During the dark ages, nations like China were relatively advanced while Europeans were living in squalid huts.
But that began to change several hundred years ago. Europe experienced the enlightenment and industrial revolution while the empires of Asia languished.
What accounts for this dramatic shift?
I’m not going to pretend there’s a single explanation, but part of the answer is that Europe benefited from decentralization and jurisdictional competition. More specifically, governments were forced to adopt better policies because labor and capital had significant ability to cross borders in search of less oppression.
I’m certainly a big fan of making governments compete with each other, but even I didn’t realize how jurisdictional rivalry gave us modernity.
But you don’t have to believe me. This topic was discussed by Professor Roland Vaubel at last week’s Mont Pelerin Society meeting. Here are some excerpts from one of Professor Vaubel’s papers on the topic.
…competition among the public institutions of different countries can benefit from an international competitive order which preserves peace and prevents governments from colluding with each other at the expense of third parties, notably their citizens.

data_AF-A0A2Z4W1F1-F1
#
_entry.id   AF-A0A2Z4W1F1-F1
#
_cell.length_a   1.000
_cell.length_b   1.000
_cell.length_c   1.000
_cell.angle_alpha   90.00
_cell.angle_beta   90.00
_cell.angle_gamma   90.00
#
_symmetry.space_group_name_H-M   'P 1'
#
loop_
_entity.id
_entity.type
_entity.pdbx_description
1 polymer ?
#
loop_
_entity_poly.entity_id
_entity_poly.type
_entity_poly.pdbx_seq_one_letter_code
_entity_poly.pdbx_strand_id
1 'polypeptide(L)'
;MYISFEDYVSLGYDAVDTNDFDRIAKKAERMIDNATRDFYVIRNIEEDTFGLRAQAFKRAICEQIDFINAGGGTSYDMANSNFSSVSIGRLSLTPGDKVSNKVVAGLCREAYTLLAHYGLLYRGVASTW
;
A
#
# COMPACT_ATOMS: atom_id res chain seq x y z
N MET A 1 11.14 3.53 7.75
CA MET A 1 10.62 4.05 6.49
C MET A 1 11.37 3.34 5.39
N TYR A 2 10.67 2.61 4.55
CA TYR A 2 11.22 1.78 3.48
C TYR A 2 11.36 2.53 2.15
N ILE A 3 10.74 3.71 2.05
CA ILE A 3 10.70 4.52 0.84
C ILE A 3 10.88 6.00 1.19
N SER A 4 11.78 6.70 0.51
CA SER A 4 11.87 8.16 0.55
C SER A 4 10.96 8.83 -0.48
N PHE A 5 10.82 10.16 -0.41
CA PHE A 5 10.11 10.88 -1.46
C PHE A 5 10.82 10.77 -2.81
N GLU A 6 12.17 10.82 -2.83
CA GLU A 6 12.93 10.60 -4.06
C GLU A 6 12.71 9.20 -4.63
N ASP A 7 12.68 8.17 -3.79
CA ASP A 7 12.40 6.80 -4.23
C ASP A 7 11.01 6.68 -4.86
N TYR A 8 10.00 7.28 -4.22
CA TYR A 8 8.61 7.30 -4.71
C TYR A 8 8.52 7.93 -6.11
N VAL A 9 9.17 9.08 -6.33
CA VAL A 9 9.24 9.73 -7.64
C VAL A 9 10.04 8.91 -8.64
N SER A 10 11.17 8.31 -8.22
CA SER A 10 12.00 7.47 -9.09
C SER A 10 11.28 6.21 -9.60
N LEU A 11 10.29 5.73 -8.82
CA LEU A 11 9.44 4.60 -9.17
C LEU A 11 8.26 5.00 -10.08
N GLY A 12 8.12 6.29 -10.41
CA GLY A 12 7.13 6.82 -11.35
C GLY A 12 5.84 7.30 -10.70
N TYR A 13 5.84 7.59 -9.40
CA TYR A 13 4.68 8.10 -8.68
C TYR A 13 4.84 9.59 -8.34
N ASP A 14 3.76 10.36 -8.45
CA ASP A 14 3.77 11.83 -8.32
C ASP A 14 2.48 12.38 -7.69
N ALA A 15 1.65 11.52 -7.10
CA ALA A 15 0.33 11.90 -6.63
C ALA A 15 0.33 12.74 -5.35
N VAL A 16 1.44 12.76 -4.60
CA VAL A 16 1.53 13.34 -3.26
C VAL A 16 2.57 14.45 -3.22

This post will have lots of additional excerpts, but if you’re not as excited by the issue as I am, just take a moment to review this table from Vaubel’s paper (click it for a larger image). You will see that the intellectual history of this issue is enormous, and the common theme is that big, centralized states hinder development.
Remember that this table merely looks at the classical thinkers on the issue. The paper also includes modern thinkers, some of who are quoted below. And I also have a postscript that shows how many Nobel Prize-winning economists see jurisdictional competition as a tool for restraining excessive government.
But let’s see what insights we can find from the great thinkers of history, starting with this passage from Charles Montesquieu that Vaubel cites in his paper.